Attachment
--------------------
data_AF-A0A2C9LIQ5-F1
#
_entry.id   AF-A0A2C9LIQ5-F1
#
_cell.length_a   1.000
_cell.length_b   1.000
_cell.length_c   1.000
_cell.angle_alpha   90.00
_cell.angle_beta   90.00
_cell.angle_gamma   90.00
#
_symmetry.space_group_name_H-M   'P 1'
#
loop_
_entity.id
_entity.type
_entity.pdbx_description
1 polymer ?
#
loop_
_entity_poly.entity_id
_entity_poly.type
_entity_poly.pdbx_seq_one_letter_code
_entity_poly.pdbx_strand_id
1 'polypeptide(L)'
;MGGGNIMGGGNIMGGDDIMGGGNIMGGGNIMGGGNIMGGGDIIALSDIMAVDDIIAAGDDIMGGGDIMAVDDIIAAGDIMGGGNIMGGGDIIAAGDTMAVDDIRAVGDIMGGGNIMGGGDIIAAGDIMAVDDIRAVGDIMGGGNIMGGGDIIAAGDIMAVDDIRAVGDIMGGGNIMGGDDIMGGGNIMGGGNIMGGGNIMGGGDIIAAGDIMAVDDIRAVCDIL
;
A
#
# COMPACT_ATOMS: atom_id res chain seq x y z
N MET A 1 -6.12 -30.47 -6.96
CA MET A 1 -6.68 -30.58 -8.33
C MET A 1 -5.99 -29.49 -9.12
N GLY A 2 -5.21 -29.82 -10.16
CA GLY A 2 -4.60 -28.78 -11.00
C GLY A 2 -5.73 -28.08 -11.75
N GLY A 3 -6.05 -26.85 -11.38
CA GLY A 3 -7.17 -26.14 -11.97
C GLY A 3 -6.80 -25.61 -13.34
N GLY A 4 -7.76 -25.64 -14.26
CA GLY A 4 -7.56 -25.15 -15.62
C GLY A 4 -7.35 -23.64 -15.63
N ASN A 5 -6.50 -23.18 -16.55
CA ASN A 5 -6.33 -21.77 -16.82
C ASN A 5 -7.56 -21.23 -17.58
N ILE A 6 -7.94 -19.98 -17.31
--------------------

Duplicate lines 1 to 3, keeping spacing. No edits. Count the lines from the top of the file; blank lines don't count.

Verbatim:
data_AF-A0A2C9LIQ5-F1
#
_entry.id   AF-A0A2C9LIQ5-F1